My first photo show, ever

aWell, now I’ve gone and done it. Today, 12-6-09, at my very first photography exhibit, I sold my first image. I am now a professional photographer.

Putting a photo display together, especially for the first time, can be a daunting task. I’ve been taking pictures for quite a few years, so when I was asked if i’d like to show some of them at a downtown Nashville art fair I had to pick out the images I thought best represented my view of the world through photography.

If I had to guess how many photos I culled through I would guess around the two to three thousand mark. I looked at everything and anything I had ever done, going back 25 to 30 years. One never knows when one will find a gem among the mundane.

I wound up with 32 images which, I thought, was more than enough to show my photographic vision. Picking the show images was the fun part. Going through all those pictures was like going on a trip back through my life and experiences. I saw people I had totally forgotten about, places I vaguely remember but came roaring back into my head like a freight train, and I could feel, in my soul, my former life with struggles and conquests long forgotten.

After choosing the images the real work began. I had to decide how I wanted to present these images to the public. I have been to many museums and more than a few art shows. I always take note at these venues how the art/photos are displayed. I guess, after all these experiences, I’ve become a fan of the “stark, mean, simple” set. Nothing fancy. Just the pix, ma’am. No frames, simply mounted on black foam board, and stuck on the wall.

There are a few places here in Nashville where professional photographers get their printing done, mounted, sometimes wrapped, framed, etc. but I opted to do my own printing with my trusty Epson RX680 Photo Printer. This little printer can come up with some quality images. The only downside to that was the limitation in the size of the prints. 8 1/2 X 11 is the largest paper my printer will handle. I figured for my first show I didn’t need to go into debt just to get some large prints. I was wrong.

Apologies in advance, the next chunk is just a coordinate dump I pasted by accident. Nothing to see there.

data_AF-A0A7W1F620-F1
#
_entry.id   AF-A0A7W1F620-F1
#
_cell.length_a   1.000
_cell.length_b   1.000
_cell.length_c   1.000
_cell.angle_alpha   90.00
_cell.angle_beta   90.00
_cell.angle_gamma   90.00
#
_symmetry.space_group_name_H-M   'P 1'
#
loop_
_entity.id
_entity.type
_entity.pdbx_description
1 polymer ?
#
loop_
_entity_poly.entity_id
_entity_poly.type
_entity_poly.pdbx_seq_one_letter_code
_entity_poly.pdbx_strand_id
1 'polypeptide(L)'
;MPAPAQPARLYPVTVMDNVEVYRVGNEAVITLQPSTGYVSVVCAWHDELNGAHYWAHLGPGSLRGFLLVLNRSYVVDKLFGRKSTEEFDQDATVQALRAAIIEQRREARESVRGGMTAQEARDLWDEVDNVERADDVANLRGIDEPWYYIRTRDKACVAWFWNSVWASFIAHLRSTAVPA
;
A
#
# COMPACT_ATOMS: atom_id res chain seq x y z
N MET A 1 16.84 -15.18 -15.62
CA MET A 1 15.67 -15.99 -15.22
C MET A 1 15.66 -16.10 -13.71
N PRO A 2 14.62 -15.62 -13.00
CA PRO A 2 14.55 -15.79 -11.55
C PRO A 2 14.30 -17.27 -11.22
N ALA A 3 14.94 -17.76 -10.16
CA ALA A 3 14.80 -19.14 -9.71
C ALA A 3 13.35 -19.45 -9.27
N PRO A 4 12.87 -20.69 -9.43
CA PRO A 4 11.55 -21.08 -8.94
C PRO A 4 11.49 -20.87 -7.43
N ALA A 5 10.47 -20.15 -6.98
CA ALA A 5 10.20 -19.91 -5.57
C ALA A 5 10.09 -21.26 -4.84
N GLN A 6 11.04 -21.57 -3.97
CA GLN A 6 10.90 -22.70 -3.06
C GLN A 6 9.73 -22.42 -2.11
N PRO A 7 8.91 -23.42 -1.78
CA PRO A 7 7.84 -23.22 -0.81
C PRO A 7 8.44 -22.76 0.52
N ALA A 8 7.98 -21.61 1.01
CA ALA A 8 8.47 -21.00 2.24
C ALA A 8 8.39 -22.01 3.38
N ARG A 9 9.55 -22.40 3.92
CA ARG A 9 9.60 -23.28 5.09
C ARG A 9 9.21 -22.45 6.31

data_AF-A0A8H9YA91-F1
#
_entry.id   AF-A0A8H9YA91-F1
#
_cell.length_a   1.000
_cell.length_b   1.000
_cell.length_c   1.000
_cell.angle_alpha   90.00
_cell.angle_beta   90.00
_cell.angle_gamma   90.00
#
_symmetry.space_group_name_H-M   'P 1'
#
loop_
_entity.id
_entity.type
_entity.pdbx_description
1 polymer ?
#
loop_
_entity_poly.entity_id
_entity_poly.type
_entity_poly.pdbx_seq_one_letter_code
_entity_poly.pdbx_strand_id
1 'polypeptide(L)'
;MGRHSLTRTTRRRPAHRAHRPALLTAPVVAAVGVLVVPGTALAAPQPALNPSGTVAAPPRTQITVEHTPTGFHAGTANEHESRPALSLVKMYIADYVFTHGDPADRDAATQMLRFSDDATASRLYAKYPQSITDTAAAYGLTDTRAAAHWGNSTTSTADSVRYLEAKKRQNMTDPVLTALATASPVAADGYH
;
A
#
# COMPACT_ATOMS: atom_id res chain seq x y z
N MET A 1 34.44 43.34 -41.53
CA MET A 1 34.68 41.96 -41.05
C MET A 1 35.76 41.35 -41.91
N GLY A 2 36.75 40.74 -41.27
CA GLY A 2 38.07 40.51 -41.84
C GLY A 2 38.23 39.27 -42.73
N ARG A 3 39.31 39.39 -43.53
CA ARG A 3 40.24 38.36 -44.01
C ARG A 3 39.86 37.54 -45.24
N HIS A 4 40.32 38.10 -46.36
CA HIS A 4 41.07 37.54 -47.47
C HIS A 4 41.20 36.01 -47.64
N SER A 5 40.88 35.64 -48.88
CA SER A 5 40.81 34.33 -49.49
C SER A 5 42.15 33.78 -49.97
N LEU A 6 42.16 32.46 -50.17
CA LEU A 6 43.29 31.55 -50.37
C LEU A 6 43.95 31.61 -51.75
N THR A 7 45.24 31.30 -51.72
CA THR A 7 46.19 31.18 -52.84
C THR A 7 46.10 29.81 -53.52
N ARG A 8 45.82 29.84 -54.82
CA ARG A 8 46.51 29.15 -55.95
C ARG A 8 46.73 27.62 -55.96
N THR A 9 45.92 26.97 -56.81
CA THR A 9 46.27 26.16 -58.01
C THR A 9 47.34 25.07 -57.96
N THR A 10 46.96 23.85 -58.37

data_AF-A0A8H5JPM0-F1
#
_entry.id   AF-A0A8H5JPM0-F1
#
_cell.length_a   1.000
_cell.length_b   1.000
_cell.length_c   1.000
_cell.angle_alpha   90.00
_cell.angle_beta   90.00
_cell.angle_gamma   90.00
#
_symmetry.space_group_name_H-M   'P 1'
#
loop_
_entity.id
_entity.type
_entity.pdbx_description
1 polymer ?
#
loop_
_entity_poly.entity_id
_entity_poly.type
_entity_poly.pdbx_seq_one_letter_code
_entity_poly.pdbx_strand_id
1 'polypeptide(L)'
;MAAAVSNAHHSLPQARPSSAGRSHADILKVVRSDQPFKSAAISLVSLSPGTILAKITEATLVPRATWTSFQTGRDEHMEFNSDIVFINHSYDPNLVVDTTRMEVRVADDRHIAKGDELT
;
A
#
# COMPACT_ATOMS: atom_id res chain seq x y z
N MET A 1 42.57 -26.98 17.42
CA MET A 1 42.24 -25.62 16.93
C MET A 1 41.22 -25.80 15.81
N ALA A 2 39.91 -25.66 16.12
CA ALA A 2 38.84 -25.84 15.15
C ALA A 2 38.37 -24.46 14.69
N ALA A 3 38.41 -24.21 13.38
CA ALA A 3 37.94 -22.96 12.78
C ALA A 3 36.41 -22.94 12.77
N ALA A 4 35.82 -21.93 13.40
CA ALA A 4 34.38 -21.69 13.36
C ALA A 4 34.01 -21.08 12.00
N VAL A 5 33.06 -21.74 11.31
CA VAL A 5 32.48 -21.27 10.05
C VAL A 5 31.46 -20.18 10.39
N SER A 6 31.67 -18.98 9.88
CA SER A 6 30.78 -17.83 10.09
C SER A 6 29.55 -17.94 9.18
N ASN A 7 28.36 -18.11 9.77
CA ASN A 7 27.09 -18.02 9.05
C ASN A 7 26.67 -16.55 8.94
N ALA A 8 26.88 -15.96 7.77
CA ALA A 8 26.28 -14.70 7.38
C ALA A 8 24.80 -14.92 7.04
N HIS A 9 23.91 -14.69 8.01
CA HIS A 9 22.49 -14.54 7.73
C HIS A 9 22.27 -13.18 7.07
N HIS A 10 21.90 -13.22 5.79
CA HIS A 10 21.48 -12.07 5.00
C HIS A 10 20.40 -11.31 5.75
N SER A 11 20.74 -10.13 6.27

One of the things I learned this first time around was to go with your artistic instincts and make the images do what you know they can do. That is, to present them in the best light, size, etc. in order to convey the message envisioned from the outset. Since all of my images were printed on 8 1/2 X 11 paper my entire presentation became sort of hum-drum. The pix were good, I thought, but some of them needed to be larger, smaller, framed, and placed differently on the walls in order to bring each individual image into its own. At that I had failed miserably.

Connie and I got there at 8:00AM to lay out the pix and stick them up. We used a tacky kind of putty so as not to put any nail holes in the walls. When we finished we had 32 images lined up along the walls at eye level. Hunger was setting in so we left the building in search of some breakfast. Early Sunday morning in downtown Nashville gets you little to nothing in places to eat breakfast. We found an open coffee shop with espresso, my fave, and egg and cheese muffins. Filling but just plain gawd-awful. That was it for food for the entire day for me. Not a good idea.

When the show opened and people came to the 4th floor to view my images, they had to get up close and personal to see the details and “get the picture.” A few people commented about certain ones which were their favorites. I spoke with some photography lovers about the art and craft of making images. That was one of the aspects of “showing” that I was looking forward to. The discussions. But the conversations were few and far between. Turnout for the show was a disappointment to all who participated. Still, it was a good soft beginning for me.

As 6:00PM neared I was getting ready to take everything down when a couple walked in. They really liked some of my work, and Sons of Satan, they bought one. I had to call Connie immediately after they left. “Honey, I sold a print.” “I’m so proud of you. Now you are a professional photographer.”

My first sold image. Taken in 2006 on lower Broadway, Nashville, Tennessee

I had to think about her last statement. Me? A professional photographer? Well, that can be argued strongly either way. But some things are for sure. If you want to compete in the art world you: a) need a vision b) need to get that vision out to as many people as you can c) don’t compromise or “cheap-out” d) eat a bigger breakfast.

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